Our family’s switch to organic food was not difficult, at least when it came to access to organic food. We live in the opposite of a food desert: There are two Whole Foods, a Trader Joe’s, a Balducci’s, and a Mom’s Organic Market, all within a super-short drive. There’s a Giant, a Safeway and two Harris Teeter’s, all with substantial organic/natural offerings. I can get organic milk and other staples at our Target. And don’t even get me started on our farmer’s market options. We are the luckiest dirty hippies on earth, I swear.
Cost, on the other hand, is something we’re still working on. When Whole Foods is your neighborhood’s default corner grocery store, it’s easy to start losing your grip on how much things cost. Or how much they should cost. And there’s no greater wallet-suck than the frozen/packaged/prepared convenience foods.
Take waffles, for example. My oldest son has eaten a frozen toaster waffle for breakfast every day, for as long as I can remember. And once I started getting super-picky about ingredients, a big giant box of Eggos wasn’t going to cut it. I wanted organic whole grains, fiber, low sugar. So I started buying crazier and crazier waffles: Organic Wildberry Buckwheat Bran! Natural Hemp Flax Whole Grain Honey with Added Omega-3s!
It was bad enough when we were going through one box a week. But now? With three kids who are ALL on the morning waffle train? It was time to cry uncle and figure out how to make them ourselves.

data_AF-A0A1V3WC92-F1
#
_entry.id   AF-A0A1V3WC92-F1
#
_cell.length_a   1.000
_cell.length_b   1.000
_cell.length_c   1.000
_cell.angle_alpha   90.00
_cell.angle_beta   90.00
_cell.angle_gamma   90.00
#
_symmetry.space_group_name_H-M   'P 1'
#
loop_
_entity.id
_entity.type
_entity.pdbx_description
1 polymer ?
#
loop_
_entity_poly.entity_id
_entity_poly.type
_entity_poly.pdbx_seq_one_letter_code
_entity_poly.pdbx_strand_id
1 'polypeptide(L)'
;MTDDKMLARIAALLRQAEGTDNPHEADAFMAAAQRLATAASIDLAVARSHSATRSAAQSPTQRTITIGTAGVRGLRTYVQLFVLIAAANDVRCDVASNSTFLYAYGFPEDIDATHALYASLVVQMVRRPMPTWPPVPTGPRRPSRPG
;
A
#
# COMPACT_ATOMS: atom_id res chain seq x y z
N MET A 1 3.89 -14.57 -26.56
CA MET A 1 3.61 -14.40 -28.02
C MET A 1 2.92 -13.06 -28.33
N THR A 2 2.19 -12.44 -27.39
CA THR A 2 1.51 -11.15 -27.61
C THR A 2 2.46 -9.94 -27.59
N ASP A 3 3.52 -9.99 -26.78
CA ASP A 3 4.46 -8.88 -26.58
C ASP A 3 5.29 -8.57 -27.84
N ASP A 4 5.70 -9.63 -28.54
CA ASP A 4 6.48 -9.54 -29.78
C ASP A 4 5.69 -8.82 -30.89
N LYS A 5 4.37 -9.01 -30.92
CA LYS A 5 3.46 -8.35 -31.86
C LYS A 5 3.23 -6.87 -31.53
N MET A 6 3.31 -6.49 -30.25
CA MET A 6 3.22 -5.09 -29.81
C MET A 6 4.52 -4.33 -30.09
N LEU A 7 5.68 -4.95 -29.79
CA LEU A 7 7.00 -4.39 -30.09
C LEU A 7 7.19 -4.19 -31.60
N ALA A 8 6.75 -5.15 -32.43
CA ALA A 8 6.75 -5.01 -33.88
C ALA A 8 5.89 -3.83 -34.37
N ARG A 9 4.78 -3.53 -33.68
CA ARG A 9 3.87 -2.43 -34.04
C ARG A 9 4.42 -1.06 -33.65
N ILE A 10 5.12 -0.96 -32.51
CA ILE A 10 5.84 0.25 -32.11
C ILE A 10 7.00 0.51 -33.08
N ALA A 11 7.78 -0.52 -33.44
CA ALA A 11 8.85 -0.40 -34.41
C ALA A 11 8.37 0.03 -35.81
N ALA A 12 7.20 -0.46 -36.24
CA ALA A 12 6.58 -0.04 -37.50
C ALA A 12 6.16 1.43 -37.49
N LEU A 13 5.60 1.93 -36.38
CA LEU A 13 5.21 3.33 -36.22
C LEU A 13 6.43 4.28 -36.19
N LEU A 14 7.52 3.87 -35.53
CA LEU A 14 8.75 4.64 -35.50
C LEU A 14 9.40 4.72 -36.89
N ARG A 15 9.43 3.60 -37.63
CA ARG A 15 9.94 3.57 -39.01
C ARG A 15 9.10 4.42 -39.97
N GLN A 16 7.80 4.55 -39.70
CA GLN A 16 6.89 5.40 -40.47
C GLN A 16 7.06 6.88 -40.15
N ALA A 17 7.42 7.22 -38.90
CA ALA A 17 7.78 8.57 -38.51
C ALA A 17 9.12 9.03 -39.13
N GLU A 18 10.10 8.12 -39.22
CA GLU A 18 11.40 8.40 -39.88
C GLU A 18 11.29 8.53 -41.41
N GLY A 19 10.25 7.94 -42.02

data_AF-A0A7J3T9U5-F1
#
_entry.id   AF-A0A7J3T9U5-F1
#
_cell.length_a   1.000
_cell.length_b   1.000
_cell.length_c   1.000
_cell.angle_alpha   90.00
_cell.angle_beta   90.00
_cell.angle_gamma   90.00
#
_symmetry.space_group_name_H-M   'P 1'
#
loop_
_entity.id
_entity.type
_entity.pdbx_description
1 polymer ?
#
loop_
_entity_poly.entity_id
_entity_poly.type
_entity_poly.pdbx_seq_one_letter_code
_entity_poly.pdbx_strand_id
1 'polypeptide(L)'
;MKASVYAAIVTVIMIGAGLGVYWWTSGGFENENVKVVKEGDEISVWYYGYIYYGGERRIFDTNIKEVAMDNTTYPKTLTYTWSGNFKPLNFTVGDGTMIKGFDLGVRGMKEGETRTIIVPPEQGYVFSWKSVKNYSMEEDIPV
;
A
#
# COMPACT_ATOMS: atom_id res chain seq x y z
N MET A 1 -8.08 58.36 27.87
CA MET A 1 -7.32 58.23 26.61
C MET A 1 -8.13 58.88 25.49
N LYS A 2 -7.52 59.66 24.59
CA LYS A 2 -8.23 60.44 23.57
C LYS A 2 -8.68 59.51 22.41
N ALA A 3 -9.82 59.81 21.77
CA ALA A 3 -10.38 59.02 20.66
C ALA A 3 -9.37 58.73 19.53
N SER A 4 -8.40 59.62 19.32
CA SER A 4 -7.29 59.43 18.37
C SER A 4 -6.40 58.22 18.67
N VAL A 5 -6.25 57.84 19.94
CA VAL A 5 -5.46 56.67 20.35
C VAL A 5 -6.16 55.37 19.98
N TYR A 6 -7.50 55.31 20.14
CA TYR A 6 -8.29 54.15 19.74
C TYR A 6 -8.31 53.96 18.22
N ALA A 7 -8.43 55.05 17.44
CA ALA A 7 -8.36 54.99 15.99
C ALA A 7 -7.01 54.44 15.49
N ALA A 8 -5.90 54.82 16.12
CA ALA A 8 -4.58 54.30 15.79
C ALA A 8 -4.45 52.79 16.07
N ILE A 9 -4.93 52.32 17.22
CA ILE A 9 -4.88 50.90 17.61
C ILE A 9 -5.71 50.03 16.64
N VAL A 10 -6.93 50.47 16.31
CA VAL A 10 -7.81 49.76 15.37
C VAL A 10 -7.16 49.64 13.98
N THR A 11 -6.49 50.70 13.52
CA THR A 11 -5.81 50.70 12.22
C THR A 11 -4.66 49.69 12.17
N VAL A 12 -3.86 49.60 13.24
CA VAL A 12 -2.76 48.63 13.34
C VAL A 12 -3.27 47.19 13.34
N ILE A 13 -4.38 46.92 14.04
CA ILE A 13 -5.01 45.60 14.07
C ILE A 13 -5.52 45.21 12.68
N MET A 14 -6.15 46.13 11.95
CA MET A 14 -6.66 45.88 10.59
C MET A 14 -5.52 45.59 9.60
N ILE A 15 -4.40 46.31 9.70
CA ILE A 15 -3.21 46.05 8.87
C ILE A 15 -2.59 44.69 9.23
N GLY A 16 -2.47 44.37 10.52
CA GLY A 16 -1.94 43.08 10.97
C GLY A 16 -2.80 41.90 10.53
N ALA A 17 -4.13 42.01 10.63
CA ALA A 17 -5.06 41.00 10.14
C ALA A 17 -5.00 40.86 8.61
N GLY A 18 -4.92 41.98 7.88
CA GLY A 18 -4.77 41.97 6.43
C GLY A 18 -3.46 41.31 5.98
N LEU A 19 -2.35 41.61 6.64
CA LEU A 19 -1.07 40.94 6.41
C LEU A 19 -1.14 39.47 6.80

We bought a basic waffle maker and got to work trying out different as-healthy-as-possible recipes, but never really hit on a winner. Too much sugar in one, weird texture in another, this batch tasted great on Sunday but didn’t freeze well, etc.
Then one weekend my husband skipped the waffle iron and made some seriously dubious-sounding pancakes: Whole-wheat oatmeal pancakes, sweetened only with a little maple syrup. To say I was skeptical and under-enthused about these pancakes is an understatement. My exact thoughts were: Gross, dude. You just killed the entire point of pancakes.
But then my kids started eating them. And eating them. One right after another. Then asking for more. I have NEVER seen them both so simultaneously excited about a homemade food offering in my life. Jason whipped up a second batch and I finally got curious enough to taste one.
Oh my God, so good. SO GOOD. These pancakes have no business being as delicious as they are. Oats? Whole-wheat flour? No sugar? Just a little cinnamon and nutmeg and NOM NOM NOM NOM OKAY I GET IT NOW.
Ever since, we make two (sometimes three) batches of these pancakes on Sunday morning. The kids pig out to their hearts’ content and then we freeze the leftovers in parchment paper and freezer bags. So every school morning, everybody gets a warm, lightly toasted pancake in addition to their cereal and fruit and milk. (Toasting them does change the texture a bit — Noah says they’re more “waffle-ly” during the week, but in a good way.)
Satisfying, healthy and seriously CHEAP. Spring for all-organic baking ingredients and you’ll still wind up way ahead on the cost.